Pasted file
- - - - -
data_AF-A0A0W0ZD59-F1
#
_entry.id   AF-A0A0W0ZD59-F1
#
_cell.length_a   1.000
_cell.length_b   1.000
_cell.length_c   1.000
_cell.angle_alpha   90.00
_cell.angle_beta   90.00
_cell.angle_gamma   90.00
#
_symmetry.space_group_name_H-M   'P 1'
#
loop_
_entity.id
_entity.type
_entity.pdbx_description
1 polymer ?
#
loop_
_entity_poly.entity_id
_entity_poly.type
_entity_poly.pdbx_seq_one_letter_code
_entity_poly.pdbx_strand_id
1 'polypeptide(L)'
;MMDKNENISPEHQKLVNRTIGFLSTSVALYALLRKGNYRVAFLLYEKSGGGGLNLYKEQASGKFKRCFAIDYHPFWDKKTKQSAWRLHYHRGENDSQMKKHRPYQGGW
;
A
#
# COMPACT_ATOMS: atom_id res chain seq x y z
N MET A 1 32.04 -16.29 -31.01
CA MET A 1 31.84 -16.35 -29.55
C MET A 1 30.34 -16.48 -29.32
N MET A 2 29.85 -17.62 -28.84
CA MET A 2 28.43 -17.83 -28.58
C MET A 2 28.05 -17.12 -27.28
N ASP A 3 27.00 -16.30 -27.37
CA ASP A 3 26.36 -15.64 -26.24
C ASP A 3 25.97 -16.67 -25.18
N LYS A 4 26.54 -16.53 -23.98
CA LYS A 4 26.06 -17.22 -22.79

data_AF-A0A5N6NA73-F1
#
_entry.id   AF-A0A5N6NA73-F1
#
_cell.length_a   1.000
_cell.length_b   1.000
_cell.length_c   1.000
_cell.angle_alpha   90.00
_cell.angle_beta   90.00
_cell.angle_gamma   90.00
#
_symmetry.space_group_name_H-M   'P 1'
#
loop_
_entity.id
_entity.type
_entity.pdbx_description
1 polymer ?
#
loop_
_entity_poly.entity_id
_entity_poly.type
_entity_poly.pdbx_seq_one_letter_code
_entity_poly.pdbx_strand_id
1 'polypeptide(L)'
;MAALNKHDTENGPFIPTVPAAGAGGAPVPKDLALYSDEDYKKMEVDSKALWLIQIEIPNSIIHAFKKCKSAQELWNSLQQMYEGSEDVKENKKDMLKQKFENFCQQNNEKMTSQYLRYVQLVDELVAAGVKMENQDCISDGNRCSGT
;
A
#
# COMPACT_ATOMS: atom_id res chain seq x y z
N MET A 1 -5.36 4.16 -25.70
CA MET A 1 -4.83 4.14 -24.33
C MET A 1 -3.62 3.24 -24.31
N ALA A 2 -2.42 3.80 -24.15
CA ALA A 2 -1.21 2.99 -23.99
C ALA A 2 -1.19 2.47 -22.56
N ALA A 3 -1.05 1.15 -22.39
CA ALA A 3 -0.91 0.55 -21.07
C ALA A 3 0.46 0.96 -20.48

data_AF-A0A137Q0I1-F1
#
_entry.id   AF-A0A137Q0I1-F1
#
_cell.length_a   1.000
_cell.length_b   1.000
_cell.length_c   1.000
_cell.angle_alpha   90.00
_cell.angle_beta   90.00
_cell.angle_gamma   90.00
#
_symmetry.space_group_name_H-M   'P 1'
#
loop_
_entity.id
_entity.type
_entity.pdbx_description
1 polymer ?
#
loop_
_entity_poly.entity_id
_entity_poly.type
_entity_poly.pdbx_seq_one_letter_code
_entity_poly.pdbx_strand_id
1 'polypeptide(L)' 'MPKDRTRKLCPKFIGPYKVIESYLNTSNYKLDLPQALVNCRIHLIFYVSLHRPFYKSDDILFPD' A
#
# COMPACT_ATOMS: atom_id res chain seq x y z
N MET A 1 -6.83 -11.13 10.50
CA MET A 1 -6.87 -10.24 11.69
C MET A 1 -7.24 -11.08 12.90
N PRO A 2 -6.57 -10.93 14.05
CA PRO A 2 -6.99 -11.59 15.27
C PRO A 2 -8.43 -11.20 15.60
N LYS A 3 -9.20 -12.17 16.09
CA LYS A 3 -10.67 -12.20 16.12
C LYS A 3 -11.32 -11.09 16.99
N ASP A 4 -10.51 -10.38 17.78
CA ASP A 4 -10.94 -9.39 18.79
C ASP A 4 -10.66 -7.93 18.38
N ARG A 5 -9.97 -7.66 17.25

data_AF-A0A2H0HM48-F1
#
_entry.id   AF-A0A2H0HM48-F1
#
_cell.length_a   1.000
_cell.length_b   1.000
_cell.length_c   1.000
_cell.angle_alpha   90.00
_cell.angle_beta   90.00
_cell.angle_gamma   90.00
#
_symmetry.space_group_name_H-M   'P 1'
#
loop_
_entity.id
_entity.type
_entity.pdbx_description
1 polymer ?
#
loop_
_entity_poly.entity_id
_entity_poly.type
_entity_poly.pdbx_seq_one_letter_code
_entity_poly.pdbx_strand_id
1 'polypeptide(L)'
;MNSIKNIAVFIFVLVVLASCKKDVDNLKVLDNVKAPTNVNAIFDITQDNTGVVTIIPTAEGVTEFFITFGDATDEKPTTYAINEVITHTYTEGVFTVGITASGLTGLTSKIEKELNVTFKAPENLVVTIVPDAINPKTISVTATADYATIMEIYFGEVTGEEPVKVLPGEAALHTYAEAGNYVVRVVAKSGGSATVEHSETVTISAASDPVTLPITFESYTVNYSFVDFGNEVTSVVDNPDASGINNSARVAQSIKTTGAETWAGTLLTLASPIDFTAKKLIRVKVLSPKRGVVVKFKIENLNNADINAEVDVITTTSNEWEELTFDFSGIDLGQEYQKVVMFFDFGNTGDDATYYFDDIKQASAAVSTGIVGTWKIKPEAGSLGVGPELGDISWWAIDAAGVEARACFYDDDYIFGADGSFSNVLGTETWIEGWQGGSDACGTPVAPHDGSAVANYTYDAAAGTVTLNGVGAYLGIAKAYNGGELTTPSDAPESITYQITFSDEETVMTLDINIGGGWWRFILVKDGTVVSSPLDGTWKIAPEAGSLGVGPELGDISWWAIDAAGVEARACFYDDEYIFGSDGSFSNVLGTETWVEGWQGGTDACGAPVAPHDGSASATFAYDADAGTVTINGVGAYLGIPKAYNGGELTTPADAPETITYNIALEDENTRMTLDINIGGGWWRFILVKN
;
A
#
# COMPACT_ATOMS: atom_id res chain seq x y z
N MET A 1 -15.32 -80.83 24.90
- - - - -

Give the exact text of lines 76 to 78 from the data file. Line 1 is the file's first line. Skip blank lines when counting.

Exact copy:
CA ALA A 2 -1.21 2.99 -23.99
C ALA A 2 -1.19 2.47 -22.56
N ALA A 3 -1.05 1.15 -22.39